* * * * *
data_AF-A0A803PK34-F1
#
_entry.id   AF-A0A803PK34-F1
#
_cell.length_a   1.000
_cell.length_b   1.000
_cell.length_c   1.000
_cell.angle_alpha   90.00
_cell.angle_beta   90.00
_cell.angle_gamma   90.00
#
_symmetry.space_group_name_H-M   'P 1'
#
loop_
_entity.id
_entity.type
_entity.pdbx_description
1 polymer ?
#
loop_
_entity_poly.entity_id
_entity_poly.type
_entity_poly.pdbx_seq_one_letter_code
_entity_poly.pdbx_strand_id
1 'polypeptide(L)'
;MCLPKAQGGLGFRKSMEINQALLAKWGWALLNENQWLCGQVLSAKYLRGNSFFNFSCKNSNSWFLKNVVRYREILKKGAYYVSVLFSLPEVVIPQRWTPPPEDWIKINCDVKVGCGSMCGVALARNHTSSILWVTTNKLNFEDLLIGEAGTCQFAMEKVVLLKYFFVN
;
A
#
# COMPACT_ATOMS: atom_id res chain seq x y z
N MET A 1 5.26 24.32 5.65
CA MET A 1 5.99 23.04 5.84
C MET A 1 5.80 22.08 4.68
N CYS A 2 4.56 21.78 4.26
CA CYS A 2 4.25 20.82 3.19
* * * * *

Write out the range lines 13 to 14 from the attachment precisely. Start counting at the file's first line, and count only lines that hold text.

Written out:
#
loop_